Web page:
(File:Fruit_flies.jpg|thumb|left|Females prefer to mate with their own brothers over unrelated males.JOURNAL, Loyau A, Cornuau JH, Clobert J, Danchin E, Incestuous sisters: mate preference for brothers over unrelated males in Drosophila melanogaster, PloS One, 7, 12, e51293, 2012, 23251487, 3519633, 10.1371/journal.pone.0051293, 2012PLoSO...751293L, )Females become receptive to courting males about 8–12 hours after emergence.JOURNAL, Pitnick S, Investment in testes and the cost of making long sperm in Drosophila, American Naturalist, 1996, 148, 57–80, 10.1086/285911, Specific neuron groups in females have been found to affect copulation behavior and mate choice. One such group in the abdominal nerve cord allows the female fly to pause her body movements to copulate.WEB, Fruit fly research may reveal what happens in female brains during courtship, mating,weblink October 5, 2014, Activation of these neurons induces the female to cease movement and orient herself towards the male to allow for mounting. If the group is inactivated, the female remains in motion and does not copulate. Various chemical signals such as male pheromones often are able to activate the group.Also, females exhibit mate choice copying. When virgin females are shown other females copulating with a certain type of male, they tend to copulate more with this type of male afterwards than naive females (which have not observed the copulation of others). This behavior is sensitive to environmental conditions, and females copulate less in bad weather conditions.JOURNAL, Dagaeff AC, Pocheville A, Nöbel S, Loyau A, Isabel G, Danchin E, 2016, Drosophila mate copying correlates with atmospheric pressure in a speed learning situation., Animal Behaviour, 121, 163–174, 10.1016/j.anbehav.2016.08.022,weblink {{clear}}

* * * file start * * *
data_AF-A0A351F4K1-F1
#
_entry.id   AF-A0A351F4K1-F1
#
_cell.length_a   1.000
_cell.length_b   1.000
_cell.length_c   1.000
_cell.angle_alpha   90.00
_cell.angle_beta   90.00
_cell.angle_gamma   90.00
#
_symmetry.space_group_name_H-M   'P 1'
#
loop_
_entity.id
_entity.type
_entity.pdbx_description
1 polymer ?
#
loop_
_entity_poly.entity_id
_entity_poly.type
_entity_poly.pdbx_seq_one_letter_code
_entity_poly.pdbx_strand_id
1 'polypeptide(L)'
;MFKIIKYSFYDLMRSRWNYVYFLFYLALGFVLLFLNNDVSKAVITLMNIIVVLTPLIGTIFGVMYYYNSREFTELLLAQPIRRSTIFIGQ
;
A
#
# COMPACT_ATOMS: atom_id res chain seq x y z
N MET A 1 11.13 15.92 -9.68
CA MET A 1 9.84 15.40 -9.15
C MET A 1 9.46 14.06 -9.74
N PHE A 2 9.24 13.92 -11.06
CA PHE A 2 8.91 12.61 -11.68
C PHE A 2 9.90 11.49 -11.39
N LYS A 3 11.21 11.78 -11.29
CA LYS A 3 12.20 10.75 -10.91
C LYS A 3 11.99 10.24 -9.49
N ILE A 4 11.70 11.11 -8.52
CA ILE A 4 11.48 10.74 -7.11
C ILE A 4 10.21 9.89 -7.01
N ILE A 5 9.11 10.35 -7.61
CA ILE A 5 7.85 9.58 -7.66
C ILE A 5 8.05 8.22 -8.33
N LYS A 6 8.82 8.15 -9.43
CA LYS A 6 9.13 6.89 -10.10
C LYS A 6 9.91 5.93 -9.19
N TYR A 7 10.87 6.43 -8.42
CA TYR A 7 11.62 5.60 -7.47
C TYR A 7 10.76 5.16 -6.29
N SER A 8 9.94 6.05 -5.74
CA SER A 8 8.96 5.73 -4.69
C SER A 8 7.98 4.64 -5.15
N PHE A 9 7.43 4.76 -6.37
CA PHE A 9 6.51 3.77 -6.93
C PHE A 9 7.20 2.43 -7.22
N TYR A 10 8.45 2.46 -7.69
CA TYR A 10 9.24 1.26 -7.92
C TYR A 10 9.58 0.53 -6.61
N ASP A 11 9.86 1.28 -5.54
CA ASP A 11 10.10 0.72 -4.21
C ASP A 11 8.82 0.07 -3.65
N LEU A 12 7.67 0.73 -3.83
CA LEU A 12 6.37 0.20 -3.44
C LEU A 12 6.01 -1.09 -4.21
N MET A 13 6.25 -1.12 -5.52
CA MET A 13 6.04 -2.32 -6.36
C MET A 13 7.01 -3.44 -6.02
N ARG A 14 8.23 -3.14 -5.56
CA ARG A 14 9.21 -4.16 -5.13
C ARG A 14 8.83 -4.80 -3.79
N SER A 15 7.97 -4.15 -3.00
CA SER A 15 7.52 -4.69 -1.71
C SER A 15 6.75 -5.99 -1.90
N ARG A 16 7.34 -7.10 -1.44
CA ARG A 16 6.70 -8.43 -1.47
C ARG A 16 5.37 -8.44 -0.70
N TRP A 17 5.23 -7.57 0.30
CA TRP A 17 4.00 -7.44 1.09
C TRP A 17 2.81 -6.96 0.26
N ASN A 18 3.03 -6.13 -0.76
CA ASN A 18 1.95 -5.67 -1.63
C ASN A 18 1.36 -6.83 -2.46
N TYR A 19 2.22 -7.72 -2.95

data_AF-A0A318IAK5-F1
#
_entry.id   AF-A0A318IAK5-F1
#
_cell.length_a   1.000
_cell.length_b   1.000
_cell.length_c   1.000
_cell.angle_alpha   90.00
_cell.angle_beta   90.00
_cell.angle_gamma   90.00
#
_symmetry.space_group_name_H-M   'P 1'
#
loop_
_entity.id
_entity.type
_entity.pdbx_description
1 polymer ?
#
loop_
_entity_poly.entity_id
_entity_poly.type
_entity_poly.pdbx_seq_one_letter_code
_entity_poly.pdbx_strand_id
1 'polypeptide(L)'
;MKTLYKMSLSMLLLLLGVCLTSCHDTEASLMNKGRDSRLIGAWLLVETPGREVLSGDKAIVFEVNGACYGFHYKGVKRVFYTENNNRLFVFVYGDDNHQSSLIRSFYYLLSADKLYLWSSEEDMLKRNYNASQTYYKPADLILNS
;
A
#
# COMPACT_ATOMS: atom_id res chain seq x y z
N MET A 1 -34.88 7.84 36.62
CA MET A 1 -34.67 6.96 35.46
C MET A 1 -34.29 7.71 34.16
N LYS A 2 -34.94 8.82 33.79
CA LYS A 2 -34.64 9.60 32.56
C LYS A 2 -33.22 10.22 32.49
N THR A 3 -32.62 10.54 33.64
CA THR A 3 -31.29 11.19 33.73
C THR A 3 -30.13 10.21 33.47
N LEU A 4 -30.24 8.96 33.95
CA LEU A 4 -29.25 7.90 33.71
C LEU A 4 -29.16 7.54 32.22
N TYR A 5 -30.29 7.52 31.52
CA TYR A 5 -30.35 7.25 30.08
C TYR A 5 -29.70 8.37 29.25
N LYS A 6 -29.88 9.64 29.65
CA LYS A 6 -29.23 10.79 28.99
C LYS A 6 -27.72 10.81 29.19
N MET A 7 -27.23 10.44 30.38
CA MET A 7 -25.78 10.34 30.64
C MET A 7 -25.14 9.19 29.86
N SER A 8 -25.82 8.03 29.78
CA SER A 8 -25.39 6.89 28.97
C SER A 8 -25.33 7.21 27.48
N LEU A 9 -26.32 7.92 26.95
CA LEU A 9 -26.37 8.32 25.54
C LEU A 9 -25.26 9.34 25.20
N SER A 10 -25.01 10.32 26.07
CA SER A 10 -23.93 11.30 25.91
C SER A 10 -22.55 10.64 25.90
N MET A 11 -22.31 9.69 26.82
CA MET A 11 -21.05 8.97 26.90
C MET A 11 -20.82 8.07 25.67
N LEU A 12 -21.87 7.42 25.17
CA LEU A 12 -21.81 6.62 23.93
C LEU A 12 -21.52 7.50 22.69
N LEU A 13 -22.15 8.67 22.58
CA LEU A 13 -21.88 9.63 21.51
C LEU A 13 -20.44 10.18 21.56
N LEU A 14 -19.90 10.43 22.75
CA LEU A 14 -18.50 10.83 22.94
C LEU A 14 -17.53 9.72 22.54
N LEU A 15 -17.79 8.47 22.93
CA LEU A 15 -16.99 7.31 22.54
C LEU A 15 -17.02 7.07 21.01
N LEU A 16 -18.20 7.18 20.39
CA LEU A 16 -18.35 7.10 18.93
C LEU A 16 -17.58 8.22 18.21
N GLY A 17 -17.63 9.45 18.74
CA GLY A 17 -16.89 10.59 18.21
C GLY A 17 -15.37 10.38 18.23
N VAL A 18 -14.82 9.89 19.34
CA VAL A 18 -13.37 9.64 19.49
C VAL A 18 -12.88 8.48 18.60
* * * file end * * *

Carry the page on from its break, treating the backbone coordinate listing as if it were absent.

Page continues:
Males

{{refimprove section|date=October 2015}}D. melanogaster males exhibit a strong reproductive learning curve. That is, with sexual experience, these flies tend to modify their future mating behavior in multiple ways. These changes include increased selectivity for courting only intraspecifically, as well as decreased courtship times.Sexually naïve D. melanogaster males are known to spend significant time courting interspecifically, such as with D. simulans flies. Naïve D. melanogaster will also attempt to court females that are not yet sexually mature, and other males. D. melanogaster males show little to no preference for D. melanogaster females over females of other species or even other male flies. However, after D. simulans or other flies incapable of copulation have rejected the males’ advances, D. melanogaster males are much less likely to spend time courting nonspecifically in the future. This apparent learned behavior modification seems to be evolutionarily significant, as it allows the males to avoid investing energy into futile sexual encounters.JOURNAL, Reuven, Dukas, vanc, Male fruit flies learn to avoid interspecific courtship, Behavioral Ecology, 2004, 15, 4, 695–698, 10.1093/beheco/arh068, In addition, males with previous sexual experience modify their courtship dance when attempting to mate with new females — the experienced males spend less time courting, so have lower mating latencies, meaning that they are able to reproduce more quickly. This decreased mating latency leads to a greater mating efficiency for experienced males over naïve males.JOURNAL, Saleem S, Ruggles PH, Abbott WK, Carney GE, Sexual experience enhances Drosophila melanogaster male mating behavior and success, PloS One, 9, 5, e96639, 2014, 24805129, 4013029, 10.1371/journal.pone.0096639, 2014PLoSO...996639S, This modification also appears to have obvious evolutionary advantages, as increased mating efficiency is extremely important in the eyes of natural selection.